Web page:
17. Sir William Frederick “Fred” Samson (1892-1974), “Mr Fremantle”
The grandson of Lionel Samson (see Location 16), Frederick wanted to be an engineer rather than entering the family business. In 1913 he was amongst the first students to enrol at the University of Western Australia, but left his studies the following year to join the Australian Imperial Force. Although he was a crack shot, he was too short to be accepted. Instead, he went to work for the Metropolitan Water Supply. He later set up his own real estate agency in 1930 and prospered.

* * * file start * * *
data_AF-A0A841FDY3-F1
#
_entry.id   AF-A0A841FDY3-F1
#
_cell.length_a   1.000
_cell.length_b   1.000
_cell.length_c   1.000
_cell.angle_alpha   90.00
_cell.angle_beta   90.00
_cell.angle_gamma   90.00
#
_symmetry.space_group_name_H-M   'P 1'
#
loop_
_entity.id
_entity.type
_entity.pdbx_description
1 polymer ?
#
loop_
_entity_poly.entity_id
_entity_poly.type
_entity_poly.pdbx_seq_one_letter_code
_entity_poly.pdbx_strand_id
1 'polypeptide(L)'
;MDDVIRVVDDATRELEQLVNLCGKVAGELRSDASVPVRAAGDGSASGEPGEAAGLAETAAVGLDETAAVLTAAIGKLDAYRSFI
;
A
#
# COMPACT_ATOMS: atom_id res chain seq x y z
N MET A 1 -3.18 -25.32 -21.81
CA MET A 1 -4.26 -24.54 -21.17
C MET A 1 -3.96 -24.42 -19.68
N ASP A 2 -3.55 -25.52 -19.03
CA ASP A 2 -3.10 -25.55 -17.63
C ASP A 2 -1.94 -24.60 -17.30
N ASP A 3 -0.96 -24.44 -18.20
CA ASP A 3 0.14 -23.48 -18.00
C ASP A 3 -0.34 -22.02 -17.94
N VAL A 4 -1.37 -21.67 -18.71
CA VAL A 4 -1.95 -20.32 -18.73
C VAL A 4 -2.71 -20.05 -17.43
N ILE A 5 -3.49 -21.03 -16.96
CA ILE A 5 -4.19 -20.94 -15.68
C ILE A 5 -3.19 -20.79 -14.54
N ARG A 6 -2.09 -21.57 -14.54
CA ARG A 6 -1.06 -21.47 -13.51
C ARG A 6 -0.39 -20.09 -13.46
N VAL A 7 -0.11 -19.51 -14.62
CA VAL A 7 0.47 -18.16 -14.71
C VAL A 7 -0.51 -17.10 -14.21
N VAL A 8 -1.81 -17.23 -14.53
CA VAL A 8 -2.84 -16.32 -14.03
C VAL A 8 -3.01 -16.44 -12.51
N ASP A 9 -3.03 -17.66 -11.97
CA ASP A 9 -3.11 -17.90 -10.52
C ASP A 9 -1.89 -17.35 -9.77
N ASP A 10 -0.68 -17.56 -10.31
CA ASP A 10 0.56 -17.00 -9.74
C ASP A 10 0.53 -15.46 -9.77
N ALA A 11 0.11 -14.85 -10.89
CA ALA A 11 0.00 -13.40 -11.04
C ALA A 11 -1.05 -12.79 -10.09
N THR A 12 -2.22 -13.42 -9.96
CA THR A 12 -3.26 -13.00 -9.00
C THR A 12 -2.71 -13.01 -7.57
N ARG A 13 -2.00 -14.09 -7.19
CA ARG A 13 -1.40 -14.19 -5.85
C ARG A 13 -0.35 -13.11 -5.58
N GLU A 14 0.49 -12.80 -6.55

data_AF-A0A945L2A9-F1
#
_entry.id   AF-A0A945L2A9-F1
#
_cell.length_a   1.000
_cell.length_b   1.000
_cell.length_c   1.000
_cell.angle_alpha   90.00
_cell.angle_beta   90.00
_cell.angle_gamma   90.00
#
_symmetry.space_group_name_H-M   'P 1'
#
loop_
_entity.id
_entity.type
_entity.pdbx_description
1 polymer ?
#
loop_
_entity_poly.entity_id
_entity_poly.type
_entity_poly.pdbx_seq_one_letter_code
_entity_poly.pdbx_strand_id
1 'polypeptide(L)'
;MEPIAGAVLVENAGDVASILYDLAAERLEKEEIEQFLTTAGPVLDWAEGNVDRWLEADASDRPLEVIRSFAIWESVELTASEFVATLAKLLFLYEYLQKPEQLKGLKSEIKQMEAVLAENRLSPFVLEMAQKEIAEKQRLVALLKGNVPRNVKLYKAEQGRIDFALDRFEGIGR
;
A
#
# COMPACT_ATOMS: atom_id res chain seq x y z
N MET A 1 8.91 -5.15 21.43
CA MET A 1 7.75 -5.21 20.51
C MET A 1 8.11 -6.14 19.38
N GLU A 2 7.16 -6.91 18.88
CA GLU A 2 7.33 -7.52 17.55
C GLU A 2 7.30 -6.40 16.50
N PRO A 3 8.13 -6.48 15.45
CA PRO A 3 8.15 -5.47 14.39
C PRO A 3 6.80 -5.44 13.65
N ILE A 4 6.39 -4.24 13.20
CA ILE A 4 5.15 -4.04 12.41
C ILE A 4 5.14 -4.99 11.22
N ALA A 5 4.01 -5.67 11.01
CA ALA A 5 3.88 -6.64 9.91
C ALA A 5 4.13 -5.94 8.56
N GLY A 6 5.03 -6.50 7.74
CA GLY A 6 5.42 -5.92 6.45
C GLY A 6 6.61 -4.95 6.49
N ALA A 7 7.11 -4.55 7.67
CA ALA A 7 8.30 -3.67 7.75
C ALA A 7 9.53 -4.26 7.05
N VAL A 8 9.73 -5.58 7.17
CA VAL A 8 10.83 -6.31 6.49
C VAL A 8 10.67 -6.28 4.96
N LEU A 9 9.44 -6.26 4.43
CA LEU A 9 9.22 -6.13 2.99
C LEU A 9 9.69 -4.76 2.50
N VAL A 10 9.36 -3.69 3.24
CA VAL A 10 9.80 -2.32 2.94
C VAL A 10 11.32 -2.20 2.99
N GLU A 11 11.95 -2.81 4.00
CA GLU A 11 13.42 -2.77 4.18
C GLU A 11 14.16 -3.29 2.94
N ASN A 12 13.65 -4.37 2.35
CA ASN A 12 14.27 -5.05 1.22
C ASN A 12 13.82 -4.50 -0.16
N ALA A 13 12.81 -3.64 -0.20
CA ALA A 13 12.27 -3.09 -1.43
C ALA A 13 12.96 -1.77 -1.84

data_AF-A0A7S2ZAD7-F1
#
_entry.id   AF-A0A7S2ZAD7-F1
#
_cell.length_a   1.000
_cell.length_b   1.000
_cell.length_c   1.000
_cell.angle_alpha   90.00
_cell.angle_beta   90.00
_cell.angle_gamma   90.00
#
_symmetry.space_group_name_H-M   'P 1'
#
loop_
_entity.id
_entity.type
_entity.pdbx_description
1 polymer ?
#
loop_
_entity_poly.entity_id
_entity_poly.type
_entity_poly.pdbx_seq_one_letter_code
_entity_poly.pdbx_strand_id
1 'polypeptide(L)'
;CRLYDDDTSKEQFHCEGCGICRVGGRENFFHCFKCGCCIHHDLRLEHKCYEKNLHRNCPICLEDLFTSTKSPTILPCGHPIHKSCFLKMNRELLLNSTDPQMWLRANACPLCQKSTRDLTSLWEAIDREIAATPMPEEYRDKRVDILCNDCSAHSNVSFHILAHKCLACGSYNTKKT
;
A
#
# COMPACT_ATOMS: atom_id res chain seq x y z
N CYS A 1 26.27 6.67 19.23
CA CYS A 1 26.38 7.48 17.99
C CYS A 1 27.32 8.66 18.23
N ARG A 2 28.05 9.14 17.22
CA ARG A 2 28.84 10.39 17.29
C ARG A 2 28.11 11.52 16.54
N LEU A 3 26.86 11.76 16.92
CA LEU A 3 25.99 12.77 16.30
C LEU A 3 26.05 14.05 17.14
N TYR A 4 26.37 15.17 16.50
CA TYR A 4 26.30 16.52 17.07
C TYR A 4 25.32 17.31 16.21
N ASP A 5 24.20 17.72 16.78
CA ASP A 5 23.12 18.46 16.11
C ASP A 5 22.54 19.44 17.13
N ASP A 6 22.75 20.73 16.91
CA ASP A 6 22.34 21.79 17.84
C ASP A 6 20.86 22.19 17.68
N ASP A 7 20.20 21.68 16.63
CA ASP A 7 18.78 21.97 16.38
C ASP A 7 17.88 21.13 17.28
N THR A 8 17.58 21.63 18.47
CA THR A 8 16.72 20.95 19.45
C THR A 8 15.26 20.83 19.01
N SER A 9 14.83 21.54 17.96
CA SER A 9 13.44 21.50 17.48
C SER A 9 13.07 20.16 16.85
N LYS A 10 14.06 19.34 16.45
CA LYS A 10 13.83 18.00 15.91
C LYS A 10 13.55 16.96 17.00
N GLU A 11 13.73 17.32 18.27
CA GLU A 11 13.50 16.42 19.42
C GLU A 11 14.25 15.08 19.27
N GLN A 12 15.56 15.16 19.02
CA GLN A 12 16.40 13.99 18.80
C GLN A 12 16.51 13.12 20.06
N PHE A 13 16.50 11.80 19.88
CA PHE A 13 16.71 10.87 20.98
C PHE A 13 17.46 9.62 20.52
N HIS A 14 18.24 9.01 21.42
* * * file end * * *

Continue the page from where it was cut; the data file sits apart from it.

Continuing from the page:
Fred Samson campaigned for secession and in 1936 joined the Fremantle City Council. His roots in Fremantle local government were strong. Both his uncle, William Frederick, and his father, Michael, had been mayors of Fremantle.
Samson lived in the family’s mansion “Samson House” in Ellen Street (which still stands today), surrounded by Fremantle memorabilia. He loved the movies and built his own small theatre in his house using seats salvaged from the last Fremantle tram. During 37 years on the council – 21 of these as Fremantle’s longest-serving mayor from 1951 to 1972 – the portly, talkative, goodnatured Samson appeared everywhere around Fremantle. In fact, he was dubbed “Mr Fremantle”. He was knighted in 1962.
He wanted industrial progress in Fremantle but he also lobbied to protect historic buildings such as the Round House and the convict-built Lunatic Asylum. He regarded the Fremantle City Council development of the industrial area of O’Connor as a major achievement.